Stages of a Cut Sunflower*Stage 1) Cut at this stage in the field to decrease petal damage. This is the first stage of the Sunflower, which we call “Tight.”
– When received at this cut stage the most important action is to re-cut the Sunflower and put the flower in a vase/bucket that has at least 5 inches of fresh water.
– Takes approx. 2-3 days to go from Stage 1 to Stage 2.
Stage 2) This is the second stage of the Sunflower cut which we refer to as the “Opening Stage.” Be prepared to have stems within the bunch open inconsistently (as seen here).
– When received at this cut stage the most important action is to make sure the vase/bucket has fresh water (must be changed every 2 days) and is maintained at a consistent temperature (between 55º – 70º F).
– Takes approx. 2-3 days to go from Stage 2 to Stage 3.
Stage 3) Ideal Stage for Sunflowers as they should have a more uniform cup-stage appearance. This third stage is known as the “Blooming Stage.”
– Make sure water has been replaced from initial uptake (Stage 2) and re-cut to accelerate opening stage.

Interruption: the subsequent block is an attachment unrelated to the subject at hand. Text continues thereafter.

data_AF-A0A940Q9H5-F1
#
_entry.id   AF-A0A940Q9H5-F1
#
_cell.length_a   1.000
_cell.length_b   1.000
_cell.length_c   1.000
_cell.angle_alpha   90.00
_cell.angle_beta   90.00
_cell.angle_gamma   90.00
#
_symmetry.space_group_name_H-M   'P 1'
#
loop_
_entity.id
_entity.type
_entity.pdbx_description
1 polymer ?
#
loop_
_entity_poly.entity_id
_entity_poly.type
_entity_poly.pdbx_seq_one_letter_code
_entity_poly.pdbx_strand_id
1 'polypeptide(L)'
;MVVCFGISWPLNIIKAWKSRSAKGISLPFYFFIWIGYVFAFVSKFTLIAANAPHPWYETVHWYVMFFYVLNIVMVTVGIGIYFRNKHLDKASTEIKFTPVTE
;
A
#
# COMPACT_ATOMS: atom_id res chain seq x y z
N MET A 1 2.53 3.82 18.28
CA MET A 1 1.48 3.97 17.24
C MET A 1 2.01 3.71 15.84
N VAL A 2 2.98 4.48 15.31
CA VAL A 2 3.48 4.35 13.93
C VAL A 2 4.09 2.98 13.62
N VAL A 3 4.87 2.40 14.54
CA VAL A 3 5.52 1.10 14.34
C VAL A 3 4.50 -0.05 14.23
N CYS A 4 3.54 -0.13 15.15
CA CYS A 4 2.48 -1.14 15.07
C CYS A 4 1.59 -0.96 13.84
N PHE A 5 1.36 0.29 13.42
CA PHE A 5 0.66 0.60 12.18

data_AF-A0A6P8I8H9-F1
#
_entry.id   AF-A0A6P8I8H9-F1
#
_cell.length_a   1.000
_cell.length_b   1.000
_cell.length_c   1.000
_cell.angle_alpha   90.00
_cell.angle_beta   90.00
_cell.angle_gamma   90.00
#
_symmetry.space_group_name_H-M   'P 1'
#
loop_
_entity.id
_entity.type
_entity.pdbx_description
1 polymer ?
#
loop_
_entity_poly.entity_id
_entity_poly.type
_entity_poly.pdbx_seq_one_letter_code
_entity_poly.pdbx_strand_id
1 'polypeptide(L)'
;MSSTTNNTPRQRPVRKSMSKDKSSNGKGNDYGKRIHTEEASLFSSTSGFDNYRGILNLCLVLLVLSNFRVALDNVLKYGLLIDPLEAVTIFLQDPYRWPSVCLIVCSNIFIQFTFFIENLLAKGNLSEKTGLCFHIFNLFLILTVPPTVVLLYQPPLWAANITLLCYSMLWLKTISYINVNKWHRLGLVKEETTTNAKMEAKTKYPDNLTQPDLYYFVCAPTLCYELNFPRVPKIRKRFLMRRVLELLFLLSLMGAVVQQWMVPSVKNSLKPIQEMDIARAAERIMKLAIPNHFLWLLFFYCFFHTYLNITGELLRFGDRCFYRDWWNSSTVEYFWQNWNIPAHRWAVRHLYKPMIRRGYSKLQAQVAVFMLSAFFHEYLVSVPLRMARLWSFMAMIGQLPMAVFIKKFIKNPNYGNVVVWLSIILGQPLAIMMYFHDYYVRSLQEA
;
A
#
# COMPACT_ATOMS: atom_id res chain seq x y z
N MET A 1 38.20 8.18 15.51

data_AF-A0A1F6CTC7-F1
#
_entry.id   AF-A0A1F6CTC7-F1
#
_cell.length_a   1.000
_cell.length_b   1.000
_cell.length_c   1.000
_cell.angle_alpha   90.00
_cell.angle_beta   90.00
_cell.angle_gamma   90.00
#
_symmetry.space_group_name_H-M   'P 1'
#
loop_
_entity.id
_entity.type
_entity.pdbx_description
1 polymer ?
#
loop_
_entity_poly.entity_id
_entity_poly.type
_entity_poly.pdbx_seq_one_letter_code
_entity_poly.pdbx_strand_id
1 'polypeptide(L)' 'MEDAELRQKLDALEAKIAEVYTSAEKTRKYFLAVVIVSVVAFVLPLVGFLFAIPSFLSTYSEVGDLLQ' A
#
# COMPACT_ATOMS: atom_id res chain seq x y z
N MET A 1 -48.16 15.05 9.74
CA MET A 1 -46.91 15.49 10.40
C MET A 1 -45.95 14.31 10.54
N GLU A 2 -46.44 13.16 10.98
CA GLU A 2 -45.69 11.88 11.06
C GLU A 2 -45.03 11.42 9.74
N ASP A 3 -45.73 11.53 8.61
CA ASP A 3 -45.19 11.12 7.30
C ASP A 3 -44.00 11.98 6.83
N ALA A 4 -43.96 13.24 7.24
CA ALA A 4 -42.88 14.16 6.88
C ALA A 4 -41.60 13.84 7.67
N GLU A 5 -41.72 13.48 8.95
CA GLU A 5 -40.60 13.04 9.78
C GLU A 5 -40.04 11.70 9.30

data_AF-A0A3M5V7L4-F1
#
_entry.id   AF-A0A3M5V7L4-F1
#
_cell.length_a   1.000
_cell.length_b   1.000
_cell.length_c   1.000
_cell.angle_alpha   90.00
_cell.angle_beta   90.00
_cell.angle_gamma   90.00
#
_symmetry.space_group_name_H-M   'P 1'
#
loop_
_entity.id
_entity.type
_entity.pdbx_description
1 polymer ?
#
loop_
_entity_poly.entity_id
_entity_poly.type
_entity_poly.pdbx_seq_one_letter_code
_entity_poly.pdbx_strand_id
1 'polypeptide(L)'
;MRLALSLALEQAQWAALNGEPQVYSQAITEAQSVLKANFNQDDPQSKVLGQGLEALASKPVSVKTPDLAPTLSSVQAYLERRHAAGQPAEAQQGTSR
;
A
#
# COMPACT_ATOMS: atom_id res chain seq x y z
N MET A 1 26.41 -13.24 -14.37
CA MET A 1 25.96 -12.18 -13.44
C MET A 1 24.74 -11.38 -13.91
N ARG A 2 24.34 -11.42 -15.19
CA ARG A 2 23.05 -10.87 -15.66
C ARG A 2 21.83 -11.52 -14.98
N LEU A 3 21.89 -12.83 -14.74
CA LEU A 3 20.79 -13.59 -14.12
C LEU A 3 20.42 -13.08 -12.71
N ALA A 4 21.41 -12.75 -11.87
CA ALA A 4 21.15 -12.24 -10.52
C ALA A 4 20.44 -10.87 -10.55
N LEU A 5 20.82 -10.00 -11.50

– Takes approx. 5-7 days to go from Stage 3 to Stage 4.
Stage 4) This is the fourth and final stage of the Sunflower and is subsequently named the “Open Stage.” Once it reaches the full blown state, petals will begin to fall off.
– When Sunflowers reach this stage, they should be kept in low to moderate temperature (55º – 70º F), so they last longer and age less quickly.
– Takes approx. 2-3 days before petals start falling off.
* From Dos Gringos’ Website
Wholesale and Retail Flower Handling* from Kansas State Florists Association
Sunflower, Helianthus annuus
• Unpack flowers from shipping box as soon as possible.
• Unwrap flower bunches.
• Remove any foliage that will be under water.
• Recut flower stems under water 1⁄2 to 3⁄4 inch. Use warm water, 100 to 105°F,
preferably acidified to pH 3.5.
• Hydrate flowers in warm water, 100 to 105°F, preferably acidified to
pH 3.5 for 30 to 60 minutes or until flowers, leaves and stems are turgid.
• After hydrating, place flowers in floral preservative and then in cold
storage—32 to 36°F and 80 to 90 percent relative humidity.
Check flowers daily, refresh preservative, discard diseased and damaged
flowers, and recut stems.
Water stress problems are common and are made more obvious by the
flower head weight. To ensure flowers are properly hydrated, use a
hydrating agent, cut under water or use warm water.
6 to 12 days.